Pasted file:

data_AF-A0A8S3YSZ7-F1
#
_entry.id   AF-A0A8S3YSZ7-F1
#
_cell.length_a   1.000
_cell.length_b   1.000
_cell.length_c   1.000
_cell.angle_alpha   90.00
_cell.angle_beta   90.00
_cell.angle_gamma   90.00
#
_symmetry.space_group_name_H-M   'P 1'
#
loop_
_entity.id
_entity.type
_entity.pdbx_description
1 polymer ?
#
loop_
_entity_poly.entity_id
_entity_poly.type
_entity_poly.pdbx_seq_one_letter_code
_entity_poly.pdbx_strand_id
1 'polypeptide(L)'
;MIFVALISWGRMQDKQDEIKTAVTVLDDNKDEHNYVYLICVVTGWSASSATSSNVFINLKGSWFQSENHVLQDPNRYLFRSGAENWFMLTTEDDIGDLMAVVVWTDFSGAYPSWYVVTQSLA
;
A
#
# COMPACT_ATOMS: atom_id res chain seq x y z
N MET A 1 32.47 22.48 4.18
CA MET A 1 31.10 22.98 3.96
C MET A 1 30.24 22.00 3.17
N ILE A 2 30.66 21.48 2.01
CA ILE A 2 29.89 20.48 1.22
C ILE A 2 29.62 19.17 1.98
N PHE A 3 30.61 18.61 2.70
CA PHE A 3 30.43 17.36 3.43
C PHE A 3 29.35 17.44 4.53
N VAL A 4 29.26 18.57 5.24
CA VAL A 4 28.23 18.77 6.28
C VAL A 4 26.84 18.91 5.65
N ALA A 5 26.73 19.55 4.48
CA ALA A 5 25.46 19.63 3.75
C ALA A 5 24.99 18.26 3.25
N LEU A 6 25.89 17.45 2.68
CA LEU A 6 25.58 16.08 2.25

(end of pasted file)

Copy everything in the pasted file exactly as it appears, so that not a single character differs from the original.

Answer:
data_AF-A0A8S3YSZ7-F1
#
_entry.id   AF-A0A8S3YSZ7-F1
#
_cell.length_a   1.000
_cell.length_b   1.000
_cell.length_c   1.000
_cell.angle_alpha   90.00
_cell.angle_beta   90.00
_cell.angle_gamma   90.00
#
_symmetry.space_group_name_H-M   'P 1'
#
loop_
_entity.id
_entity.type
_entity.pdbx_description
1 polymer ?
#
loop_
_entity_poly.entity_id
_entity_poly.type
_entity_poly.pdbx_seq_one_letter_code
_entity_poly.pdbx_strand_id
1 'polypeptide(L)'
;MIFVALISWGRMQDKQDEIKTAVTVLDDNKDEHNYVYLICVVTGWSASSATSSNVFINLKGSWFQSENHVLQDPNRYLFRSGAENWFMLTTEDDIGDLMAVVVWTDFSGAYPSWYVVTQSLA
;
A
#
# COMPACT_ATOMS: atom_id res chain seq x y z
N MET A 1 32.47 22.48 4.18
CA MET A 1 31.10 22.98 3.96
C MET A 1 30.24 22.00 3.17
N ILE A 2 30.66 21.48 2.01
CA ILE A 2 29.89 20.48 1.22
C ILE A 2 29.62 19.17 1.98
N PHE A 3 30.61 18.61 2.70
CA PHE A 3 30.43 17.36 3.43
C PHE A 3 29.35 17.44 4.53
N VAL A 4 29.26 18.57 5.24
CA VAL A 4 28.23 18.77 6.28
C VAL A 4 26.84 18.91 5.65
N ALA A 5 26.73 19.55 4.48
CA ALA A 5 25.46 19.63 3.75
C ALA A 5 24.99 18.26 3.25
N LEU A 6 25.89 17.45 2.68
CA LEU A 6 25.58 16.08 2.25